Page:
Mountain Laurel Poisoning Average Cost

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What is Mountain Laurel Poisoning?

Mountain laurel is an evergreen flowering shrub which happens to be the state flower of Pennsylvania. It has a wide distribution in Pennsylvania and other eastern regions but is uncommon in northwestern areas. While this shrub is nice to look at, it is toxic to your dog if he ingests any part of it. He can develop mild toxicity symptoms related to gastrointestinal upset, or he can develop a severe reaction that may end with him in a coma. 

Grayanotoxin is the harmful substance found within this shrub. If you believe your pet consumed part of the mountain laurel and is acting ill, or if you witnessed your dog chewing on or eating this foliage, contact your veterinarian as soon as possible as symptoms can become serious.

The mountain laurel is a native shrub in eastern North America. If your dog ingests a part of this plant, he may develop symptoms of toxicity. If you witness your dog ingesting this plant, you should contact your veterinarian immediately.


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Symptoms of Mountain Laurel Poisoning in Dogs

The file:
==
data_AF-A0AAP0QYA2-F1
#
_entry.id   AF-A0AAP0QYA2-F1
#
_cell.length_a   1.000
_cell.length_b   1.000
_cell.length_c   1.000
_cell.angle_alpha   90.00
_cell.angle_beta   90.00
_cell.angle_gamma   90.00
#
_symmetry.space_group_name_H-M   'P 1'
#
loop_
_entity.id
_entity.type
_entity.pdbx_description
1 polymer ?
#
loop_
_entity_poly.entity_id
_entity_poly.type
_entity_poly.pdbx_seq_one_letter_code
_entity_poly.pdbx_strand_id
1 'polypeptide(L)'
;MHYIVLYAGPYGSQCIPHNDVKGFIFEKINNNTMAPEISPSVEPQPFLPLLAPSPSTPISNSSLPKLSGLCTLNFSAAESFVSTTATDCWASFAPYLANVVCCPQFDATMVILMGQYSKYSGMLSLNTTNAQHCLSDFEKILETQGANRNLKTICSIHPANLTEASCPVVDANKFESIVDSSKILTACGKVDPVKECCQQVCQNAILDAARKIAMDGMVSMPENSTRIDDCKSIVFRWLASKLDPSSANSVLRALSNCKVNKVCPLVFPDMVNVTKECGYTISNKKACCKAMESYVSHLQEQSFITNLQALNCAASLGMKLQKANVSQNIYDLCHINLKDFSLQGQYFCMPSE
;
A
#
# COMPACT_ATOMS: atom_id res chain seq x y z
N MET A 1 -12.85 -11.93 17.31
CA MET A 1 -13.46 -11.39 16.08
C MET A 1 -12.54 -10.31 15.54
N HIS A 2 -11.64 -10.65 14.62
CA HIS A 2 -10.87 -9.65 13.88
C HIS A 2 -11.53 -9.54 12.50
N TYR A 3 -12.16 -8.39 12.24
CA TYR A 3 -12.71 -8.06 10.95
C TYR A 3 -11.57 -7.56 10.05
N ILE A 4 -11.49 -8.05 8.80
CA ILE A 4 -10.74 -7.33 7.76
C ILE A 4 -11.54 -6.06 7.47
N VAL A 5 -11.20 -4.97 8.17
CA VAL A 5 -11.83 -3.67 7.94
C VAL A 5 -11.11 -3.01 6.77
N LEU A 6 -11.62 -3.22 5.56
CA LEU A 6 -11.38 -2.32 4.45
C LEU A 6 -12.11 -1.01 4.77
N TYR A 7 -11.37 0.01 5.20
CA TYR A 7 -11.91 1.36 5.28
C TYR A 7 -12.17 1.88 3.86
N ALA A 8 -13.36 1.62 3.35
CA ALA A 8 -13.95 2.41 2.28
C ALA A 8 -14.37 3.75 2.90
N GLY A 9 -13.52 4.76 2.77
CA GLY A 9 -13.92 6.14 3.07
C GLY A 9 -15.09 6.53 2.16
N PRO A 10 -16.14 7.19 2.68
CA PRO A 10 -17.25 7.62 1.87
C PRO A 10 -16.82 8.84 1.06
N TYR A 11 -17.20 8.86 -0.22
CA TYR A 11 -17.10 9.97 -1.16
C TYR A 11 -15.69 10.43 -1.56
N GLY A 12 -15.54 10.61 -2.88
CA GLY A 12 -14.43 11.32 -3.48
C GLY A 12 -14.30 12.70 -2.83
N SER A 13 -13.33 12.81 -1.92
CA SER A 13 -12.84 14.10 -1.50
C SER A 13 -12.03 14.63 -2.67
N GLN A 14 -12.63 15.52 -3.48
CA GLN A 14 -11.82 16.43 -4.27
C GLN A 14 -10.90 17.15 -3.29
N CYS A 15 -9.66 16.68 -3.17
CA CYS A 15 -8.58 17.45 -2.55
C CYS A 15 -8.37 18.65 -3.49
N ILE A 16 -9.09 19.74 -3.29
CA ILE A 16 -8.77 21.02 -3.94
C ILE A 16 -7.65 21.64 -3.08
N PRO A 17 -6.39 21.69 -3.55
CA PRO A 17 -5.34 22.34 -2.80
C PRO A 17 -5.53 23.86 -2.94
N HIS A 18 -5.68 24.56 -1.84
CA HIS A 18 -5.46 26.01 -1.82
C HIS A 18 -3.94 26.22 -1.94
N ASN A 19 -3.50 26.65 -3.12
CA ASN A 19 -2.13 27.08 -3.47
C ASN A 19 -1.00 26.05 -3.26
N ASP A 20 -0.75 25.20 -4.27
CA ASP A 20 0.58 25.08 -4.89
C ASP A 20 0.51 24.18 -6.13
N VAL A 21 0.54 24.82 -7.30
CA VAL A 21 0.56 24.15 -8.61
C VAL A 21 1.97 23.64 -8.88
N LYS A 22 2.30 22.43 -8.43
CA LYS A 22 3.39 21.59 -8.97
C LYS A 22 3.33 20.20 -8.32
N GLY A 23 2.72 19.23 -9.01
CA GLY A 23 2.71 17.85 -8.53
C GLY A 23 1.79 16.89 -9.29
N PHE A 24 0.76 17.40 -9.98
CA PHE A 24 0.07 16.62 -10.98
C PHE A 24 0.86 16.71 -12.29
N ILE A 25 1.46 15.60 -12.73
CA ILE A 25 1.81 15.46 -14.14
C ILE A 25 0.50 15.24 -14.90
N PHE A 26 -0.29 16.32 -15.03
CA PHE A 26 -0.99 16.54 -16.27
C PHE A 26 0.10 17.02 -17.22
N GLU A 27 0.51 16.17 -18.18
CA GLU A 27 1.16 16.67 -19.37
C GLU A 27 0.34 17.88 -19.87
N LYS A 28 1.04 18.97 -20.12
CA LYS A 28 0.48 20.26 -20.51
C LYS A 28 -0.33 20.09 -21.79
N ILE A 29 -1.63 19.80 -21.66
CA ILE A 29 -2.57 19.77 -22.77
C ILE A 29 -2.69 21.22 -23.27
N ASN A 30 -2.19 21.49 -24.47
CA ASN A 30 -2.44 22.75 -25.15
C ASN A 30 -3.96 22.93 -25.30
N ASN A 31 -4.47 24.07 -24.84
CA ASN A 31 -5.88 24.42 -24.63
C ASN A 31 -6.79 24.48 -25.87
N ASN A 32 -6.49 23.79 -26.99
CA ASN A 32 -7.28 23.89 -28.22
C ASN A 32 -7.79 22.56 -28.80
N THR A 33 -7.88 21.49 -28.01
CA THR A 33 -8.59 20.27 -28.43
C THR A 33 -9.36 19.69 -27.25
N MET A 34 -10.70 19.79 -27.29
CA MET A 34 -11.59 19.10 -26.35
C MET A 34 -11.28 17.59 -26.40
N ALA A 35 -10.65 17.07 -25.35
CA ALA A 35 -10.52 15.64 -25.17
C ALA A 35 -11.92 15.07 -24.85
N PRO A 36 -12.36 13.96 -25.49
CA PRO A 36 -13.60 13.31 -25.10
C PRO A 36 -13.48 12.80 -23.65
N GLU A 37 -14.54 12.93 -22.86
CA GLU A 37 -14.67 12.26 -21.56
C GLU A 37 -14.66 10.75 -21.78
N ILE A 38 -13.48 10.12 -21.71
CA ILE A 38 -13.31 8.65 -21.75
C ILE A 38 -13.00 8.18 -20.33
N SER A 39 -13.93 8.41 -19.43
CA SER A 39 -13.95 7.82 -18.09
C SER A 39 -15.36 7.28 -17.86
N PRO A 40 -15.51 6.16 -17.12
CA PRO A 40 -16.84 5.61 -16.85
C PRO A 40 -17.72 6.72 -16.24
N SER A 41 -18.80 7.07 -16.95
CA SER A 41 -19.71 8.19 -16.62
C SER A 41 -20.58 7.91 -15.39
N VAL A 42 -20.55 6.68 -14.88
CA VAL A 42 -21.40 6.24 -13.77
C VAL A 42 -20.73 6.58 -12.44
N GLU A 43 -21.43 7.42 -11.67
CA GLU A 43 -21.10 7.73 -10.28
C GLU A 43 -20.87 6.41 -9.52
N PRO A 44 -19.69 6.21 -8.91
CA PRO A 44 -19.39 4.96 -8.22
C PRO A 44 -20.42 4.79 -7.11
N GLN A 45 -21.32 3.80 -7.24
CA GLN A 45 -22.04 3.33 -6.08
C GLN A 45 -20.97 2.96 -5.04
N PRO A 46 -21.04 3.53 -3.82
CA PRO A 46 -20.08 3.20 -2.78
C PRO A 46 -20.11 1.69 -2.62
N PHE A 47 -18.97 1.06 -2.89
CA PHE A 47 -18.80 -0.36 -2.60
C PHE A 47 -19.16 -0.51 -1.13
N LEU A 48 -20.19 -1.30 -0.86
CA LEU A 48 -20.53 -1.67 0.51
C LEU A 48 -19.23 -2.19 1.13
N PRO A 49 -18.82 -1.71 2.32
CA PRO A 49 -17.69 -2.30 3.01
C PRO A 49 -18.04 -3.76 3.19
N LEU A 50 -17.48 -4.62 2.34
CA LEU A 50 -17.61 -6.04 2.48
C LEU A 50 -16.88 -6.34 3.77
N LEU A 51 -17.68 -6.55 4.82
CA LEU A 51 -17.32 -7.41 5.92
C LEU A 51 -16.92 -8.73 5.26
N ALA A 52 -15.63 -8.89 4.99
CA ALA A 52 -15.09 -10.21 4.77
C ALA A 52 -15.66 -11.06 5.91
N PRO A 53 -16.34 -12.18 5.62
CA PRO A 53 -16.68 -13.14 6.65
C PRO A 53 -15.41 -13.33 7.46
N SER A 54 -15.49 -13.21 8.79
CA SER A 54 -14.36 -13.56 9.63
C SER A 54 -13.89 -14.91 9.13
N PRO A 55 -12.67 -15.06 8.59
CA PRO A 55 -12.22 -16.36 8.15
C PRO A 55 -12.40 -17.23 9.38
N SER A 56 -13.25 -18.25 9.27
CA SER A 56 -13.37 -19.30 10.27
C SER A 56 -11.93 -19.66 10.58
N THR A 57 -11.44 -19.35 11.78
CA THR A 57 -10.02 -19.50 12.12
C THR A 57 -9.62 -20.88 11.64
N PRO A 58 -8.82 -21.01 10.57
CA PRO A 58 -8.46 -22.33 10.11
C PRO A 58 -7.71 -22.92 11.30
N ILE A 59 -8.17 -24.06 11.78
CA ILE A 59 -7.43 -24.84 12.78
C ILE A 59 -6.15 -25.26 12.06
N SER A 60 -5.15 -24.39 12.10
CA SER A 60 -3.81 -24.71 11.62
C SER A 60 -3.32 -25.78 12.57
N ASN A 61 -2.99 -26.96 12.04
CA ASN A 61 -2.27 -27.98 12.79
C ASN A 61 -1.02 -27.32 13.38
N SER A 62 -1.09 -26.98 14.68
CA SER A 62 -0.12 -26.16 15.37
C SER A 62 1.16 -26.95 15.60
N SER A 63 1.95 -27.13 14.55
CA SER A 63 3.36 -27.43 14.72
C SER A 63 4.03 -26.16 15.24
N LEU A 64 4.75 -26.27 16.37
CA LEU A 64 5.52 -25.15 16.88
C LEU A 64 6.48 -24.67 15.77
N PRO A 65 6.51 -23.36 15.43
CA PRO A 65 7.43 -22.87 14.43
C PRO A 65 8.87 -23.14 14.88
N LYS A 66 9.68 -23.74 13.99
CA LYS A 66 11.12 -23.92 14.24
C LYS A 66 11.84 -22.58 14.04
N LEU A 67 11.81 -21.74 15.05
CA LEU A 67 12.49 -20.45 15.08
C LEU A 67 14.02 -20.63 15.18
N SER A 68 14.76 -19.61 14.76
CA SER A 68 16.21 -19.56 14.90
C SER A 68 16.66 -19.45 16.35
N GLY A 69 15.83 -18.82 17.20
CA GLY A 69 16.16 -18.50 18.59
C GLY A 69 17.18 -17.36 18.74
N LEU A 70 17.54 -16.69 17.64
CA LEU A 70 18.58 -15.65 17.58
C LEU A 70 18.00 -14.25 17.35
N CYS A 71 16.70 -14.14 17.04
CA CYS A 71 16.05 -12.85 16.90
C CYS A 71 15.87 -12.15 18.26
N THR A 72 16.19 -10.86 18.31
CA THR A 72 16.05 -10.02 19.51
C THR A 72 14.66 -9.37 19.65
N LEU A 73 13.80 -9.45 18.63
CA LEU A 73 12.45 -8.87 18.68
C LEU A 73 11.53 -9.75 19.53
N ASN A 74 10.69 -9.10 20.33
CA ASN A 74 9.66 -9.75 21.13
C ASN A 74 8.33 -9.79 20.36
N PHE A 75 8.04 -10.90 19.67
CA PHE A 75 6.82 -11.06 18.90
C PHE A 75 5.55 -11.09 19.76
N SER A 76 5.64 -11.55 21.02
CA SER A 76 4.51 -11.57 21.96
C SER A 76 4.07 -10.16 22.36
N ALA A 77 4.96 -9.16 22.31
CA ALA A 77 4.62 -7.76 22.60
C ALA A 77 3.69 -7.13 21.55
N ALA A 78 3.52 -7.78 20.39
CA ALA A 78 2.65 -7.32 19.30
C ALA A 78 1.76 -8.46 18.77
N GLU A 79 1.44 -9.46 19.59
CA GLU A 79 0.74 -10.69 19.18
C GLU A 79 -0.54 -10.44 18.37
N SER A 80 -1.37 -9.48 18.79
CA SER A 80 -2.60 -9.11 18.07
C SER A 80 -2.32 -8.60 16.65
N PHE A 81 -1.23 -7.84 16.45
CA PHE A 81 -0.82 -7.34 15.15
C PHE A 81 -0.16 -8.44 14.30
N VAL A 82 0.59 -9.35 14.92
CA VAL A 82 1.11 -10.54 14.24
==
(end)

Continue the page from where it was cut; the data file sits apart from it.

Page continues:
Symptoms of mountain laurel poisoning will vary depending on the amount your dog ingested. Symptoms of toxicity include

  • Excessive drooling
  • Loss of appetite
  • Vomiting
  • Muscular spasms
  • Tremors
  • Ataxia
  • Weakness
  • Pinpoint pupils
  • Diarrhea
  • Arrhythmias
  • Paralysis 
  • Coma
  • Death

Symptoms typically develop a few hours after ingestion.


The mountain laurel belongs to the Ericaceae family and the genus Kalmia. There are many different species of the mountain laurel plant with Kalmia latifolia being the most common one. The mountain laurel is usually found along water, forest edges, or meadows with favorable soil. It produces pink or white dish shaped flowers making it aesthetically pleasing.

Causes of Mountain Laurel Poisoning in Dogs